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How to access money locally Dom Weinberg, Policy Officer, National Council for Voluntary Youth Services

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1 How to access money locally Dom Weinberg, Policy Officer, National Council for Voluntary Youth Services

2 Fundraising info sources - includes NCVYS monthly update Funding Central - includes funding opportunities in the form of grants, loans and contracts, as well as advice, support services and partnership opportunitiesFunding Central Community Matters Preparing Good Funding ApplicationsPreparing Good Funding Applications The Directory of Social Change Top Tips for Applying to Grant- Making Trusts and Foundations.Top Tips for Applying to Grant- Making Trusts and Foundations South Yorkshire Funding Advice Bureau (SYFAB) has regular updates and information sheets appropriate to groups in other regionsSouth Yorkshire Funding Advice Bureau (SYFAB) Local CVS and CVYS Colleagues, trustees and beneficiaries

3 Funding possibilities Funding streams for sports, art, environmental projects Participation funding and young people’s leadership. Even if this doesn’t directly bring funds into the company, will it develop skills which help the company with future funding opportunities? Workforce development – think long term (e.g. how to keep and develop your best volunteers) Lots of funds are for targeted work with disadvantaged young people. These might be large contracts you wouldn’t dream of delivering, but could you be part of wider bids in some way Trusts and foundations have £billions - some may work locally Do funds fit with your mission and values?

4 Should we apply? Questions to think about before applying 1. Is it deliverable? (That is, can you do what needs to be done without having to significantly change your operating model or deviate from your core work?) 2. Is it winnable? (That is, do you meet the funder's criteria in the first instance, and do you have a strong case that elevates your proposal above others?) 3. Is it financially viable? (That is, can you do all that needs to be done with the funds available?) Questions to think when writing application 1) What are you doing; 2) who will benefit; 3) why are you doing it; 4) what difference will your project make; 5) is your project likely to work?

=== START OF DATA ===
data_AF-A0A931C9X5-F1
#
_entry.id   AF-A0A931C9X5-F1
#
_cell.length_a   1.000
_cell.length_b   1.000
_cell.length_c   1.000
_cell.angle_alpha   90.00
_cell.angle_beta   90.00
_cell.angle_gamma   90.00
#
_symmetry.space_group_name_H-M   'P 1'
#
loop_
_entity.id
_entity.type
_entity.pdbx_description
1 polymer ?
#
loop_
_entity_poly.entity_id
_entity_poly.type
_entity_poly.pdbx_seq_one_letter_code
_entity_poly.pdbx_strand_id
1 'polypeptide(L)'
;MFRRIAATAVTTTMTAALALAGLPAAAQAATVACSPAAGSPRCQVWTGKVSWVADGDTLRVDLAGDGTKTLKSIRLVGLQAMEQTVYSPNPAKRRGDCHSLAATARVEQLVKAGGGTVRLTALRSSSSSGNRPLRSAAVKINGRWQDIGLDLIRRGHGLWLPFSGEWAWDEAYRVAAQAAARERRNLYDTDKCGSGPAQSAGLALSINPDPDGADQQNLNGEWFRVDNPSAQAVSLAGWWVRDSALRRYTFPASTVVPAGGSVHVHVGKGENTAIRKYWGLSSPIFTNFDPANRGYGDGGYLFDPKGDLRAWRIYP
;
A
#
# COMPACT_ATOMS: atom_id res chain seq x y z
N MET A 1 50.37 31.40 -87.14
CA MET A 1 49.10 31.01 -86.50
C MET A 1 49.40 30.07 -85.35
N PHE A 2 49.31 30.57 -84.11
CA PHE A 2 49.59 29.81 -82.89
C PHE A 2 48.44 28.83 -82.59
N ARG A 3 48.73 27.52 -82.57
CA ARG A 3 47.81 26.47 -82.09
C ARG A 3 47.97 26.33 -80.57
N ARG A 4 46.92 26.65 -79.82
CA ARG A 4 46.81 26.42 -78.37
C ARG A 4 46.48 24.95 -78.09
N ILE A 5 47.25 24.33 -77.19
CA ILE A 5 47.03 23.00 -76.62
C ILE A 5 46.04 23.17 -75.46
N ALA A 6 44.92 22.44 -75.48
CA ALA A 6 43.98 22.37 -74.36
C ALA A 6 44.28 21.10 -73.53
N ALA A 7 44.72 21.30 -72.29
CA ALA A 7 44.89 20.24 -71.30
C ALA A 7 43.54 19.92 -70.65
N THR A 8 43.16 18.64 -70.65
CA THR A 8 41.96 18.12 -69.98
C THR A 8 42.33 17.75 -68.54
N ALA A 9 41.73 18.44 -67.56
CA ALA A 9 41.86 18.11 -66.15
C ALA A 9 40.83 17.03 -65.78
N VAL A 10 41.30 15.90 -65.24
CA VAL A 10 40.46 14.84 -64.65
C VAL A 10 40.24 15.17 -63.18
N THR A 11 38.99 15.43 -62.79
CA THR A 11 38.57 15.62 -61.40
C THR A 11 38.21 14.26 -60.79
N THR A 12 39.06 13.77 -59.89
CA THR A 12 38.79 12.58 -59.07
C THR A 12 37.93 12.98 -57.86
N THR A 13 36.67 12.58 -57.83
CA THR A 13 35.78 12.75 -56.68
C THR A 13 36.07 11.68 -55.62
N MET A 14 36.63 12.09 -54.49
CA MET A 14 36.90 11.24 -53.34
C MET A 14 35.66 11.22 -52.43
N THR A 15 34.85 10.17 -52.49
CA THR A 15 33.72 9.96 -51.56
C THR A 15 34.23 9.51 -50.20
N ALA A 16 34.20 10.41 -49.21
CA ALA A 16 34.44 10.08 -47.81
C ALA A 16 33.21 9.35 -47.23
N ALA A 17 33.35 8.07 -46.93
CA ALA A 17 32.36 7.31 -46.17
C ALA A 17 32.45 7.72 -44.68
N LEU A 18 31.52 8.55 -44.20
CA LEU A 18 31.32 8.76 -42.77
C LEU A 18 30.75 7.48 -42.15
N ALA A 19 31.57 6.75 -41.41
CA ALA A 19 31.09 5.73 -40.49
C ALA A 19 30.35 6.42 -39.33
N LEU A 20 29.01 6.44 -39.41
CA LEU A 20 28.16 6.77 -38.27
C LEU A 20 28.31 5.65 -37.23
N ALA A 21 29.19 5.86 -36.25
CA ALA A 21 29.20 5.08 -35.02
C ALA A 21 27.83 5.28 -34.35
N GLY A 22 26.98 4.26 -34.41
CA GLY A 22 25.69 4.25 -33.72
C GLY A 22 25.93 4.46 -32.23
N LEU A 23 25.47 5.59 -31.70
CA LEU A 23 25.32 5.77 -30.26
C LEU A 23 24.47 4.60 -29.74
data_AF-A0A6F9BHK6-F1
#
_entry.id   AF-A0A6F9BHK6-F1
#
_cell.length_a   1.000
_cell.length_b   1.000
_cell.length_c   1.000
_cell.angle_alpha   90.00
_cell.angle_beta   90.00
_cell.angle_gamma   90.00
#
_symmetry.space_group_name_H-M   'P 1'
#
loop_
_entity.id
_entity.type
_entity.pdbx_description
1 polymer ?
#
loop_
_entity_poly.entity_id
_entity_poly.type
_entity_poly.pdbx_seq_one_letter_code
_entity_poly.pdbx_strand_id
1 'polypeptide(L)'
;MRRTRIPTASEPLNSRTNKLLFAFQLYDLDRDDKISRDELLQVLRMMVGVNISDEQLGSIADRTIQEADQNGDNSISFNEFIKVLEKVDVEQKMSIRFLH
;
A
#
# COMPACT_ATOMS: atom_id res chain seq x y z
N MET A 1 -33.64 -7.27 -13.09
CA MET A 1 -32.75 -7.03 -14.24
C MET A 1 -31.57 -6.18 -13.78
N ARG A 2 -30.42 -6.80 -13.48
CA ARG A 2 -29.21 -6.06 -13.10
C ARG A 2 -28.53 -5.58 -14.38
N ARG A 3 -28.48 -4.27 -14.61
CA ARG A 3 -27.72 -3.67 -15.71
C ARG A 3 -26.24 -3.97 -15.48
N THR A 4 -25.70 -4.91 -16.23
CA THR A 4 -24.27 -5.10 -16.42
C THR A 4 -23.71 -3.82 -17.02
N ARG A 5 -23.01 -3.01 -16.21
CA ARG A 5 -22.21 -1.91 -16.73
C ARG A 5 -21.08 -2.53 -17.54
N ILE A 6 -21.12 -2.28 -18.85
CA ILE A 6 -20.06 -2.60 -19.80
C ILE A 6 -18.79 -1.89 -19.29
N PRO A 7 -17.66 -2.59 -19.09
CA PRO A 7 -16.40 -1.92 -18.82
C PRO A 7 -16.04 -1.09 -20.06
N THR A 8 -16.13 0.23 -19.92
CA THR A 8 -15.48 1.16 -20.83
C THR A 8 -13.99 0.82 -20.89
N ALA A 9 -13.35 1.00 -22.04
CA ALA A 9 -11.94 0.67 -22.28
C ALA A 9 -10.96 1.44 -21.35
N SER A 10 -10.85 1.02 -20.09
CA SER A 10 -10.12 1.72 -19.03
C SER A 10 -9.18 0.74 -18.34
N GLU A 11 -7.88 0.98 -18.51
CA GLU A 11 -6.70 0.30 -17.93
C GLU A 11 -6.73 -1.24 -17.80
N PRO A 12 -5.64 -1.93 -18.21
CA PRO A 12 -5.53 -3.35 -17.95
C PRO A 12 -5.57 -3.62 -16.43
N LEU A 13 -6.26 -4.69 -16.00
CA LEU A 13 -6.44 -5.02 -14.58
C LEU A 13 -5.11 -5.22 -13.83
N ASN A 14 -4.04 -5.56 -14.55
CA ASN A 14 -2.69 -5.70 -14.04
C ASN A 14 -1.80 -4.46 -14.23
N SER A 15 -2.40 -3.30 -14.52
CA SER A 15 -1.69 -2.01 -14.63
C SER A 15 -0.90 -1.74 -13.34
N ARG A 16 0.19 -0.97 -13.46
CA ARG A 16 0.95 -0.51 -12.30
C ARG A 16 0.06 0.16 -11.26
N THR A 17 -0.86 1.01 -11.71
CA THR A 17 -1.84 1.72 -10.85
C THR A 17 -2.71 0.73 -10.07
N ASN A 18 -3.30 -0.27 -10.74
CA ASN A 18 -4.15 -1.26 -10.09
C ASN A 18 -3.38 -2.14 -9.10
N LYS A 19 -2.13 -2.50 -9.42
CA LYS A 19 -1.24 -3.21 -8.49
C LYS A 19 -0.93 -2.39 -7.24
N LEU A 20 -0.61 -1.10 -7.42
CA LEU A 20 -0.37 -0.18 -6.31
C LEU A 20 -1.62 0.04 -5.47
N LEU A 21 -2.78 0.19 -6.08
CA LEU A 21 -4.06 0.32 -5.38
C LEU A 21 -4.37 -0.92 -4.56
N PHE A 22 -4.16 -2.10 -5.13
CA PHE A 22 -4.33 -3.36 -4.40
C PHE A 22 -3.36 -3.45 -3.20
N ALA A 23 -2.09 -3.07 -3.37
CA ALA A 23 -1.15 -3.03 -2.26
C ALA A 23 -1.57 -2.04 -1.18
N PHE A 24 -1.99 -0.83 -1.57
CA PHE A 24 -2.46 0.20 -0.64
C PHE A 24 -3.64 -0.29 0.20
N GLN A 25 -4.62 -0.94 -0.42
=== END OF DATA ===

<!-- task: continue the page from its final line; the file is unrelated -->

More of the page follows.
5 Applying for funding Participatory – work with young people (and the community) Innovative – doesn’t have to be groundbreaking, but something a bit different and exciting is probably far more appealing to funders. Accept that there can be a risk, but show evidence of good probability of success. Collaborative - inter-faith, intergenerational, international: contacts are crucial for building relationships What are current buzzwords? Early intervention, community, citizenship and responsibility, social mobility, leadership, opportunity But, be careful. Jargon can be a real problem, whether used by applicants or foundations, because it tends to suffocate the good stuff. Don’t let it cover up your passion and what you actually intend to do.

6 Funder's perspective Funders will have a key set of guiding principles, an overall vision that they are trying to achieve. Your bid's outcomes need to be in step with those of the funder. You'll need to show how you've identified the need for your service, engagement with the intended audience, and most importantly, the measurable outcomes you are aiming to achieve. Soft outcomes seem to be out of favour in the current climate; successful bidders are identifying hard, tangible outcomes in order to win funding. The funder should be a stakeholder in your charitable activities, and that means building a meaningful relationship with them, not just cashing their cheque.

7 Task Come up with an ‘accessing money locally strategy’. What will you do in the next 6-12 months What will you do over the next 2-3-5 years? Firm plan to generate sustainability for the brigade Set out next steps – e..g who will you approach next week?

8 Group discussion What are you fundraising for? What is your strategy and what are your targets? How much support do you rely on from grants / public donations / sponsorship from private business? Who can you directly approach for support, e.g. business – and are these short-term arrangements (e.g. per camp) or do they have longer term agreements e.g. sponsorship, in-kind donations, cash gifts over the period of several years? How do you work with neighbouring brigades /youth organisations – collaborating or competing? Is ‘traditional’ fundraising – cake sales, sponsored events etc – worthwhile? Does it involve the community and can it be used in a positive way to reel people in and get them to donate more, become more involved in fundraising and promotion for the brigade? Think about ‘alternative’ funding sources?

9 Further information Please contact with all enquiries and she can signpost you to the most relevant individual in the correct

10 Search for your local CVS (Community and voluntary service)

11 See Know GB – Money Matters in Go Leader zone of

12 Register your interest – email to hear about Funding Central alerts local to you and receive support with applications


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